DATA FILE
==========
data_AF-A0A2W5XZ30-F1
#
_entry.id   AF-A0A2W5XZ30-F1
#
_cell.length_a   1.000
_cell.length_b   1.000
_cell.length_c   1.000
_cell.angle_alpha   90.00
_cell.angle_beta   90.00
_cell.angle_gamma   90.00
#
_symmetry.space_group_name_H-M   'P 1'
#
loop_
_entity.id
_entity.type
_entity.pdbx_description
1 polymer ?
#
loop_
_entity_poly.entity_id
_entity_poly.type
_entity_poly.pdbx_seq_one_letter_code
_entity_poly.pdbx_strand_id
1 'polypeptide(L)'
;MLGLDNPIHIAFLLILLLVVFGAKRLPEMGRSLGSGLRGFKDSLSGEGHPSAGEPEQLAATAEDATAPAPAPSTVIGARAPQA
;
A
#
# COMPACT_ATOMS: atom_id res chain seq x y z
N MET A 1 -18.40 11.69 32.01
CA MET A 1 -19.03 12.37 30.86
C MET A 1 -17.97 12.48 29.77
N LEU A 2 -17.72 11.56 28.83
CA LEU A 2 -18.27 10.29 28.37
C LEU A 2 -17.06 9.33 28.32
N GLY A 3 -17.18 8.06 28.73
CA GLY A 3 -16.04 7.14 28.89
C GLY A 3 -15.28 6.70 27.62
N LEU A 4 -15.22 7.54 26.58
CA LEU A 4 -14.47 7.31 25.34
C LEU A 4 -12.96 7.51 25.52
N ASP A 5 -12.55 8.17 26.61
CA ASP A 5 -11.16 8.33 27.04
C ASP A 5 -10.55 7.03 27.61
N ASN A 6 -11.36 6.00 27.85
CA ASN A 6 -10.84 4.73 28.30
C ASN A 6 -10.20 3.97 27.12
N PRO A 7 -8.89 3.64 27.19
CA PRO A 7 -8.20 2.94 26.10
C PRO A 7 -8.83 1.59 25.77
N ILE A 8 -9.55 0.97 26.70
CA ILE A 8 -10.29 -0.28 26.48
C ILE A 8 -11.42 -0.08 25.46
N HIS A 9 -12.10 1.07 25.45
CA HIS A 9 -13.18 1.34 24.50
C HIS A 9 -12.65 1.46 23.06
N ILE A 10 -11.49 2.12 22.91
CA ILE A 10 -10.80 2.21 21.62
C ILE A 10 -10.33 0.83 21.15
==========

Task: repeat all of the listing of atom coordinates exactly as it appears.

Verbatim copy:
data_AF-A0A2W5XZ30-F1
#
_entry.id   AF-A0A2W5XZ30-F1
#
_cell.length_a   1.000
_cell.length_b   1.000
_cell.length_c   1.000
_cell.angle_alpha   90.00
_cell.angle_beta   90.00
_cell.angle_gamma   90.00
#
_symmetry.space_group_name_H-M   'P 1'
#
loop_
_entity.id
_entity.type
_entity.pdbx_description
1 polymer ?
#
loop_
_entity_poly.entity_id
_entity_poly.type
_entity_poly.pdbx_seq_one_letter_code
_entity_poly.pdbx_strand_id
1 'polypeptide(L)'
;MLGLDNPIHIAFLLILLLVVFGAKRLPEMGRSLGSGLRGFKDSLSGEGHPSAGEPEQLAATAEDATAPAPAPSTVIGARAPQA
;
A
#
# COMPACT_ATOMS: atom_id res chain seq x y z
N MET A 1 -18.40 11.69 32.01
CA MET A 1 -19.03 12.37 30.86
C MET A 1 -17.97 12.48 29.77
N LEU A 2 -17.72 11.56 28.83
CA LEU A 2 -18.27 10.29 28.37
C LEU A 2 -17.06 9.33 28.32
N GLY A 3 -17.18 8.06 28.73
CA GLY A 3 -16.04 7.14 28.89
C GLY A 3 -15.28 6.70 27.62
N LEU A 4 -15.22 7.54 26.58
CA LEU A 4 -14.47 7.31 25.34
C LEU A 4 -12.96 7.51 25.52
N ASP A 5 -12.55 8.17 26.61
CA ASP A 5 -11.16 8.33 27.04
C ASP A 5 -10.55 7.03 27.61
N ASN A 6 -11.36 6.00 27.85
CA ASN A 6 -10.84 4.73 28.30
C ASN A 6 -10.20 3.97 27.12
N PRO A 7 -8.89 3.64 27.19
CA PRO A 7 -8.20 2.94 26.10
C PRO A 7 -8.83 1.59 25.77
N ILE A 8 -9.55 0.97 26.70
CA ILE A 8 -10.29 -0.28 26.48
C ILE A 8 -11.42 -0.08 25.46
N HIS A 9 -12.10 1.07 25.45
CA HIS A 9 -13.18 1.34 24.50
C HIS A 9 -12.65 1.46 23.06
N ILE A 10 -11.49 2.12 22.91
CA ILE A 10 -10.80 2.21 21.62
C ILE A 10 -10.33 0.83 21.15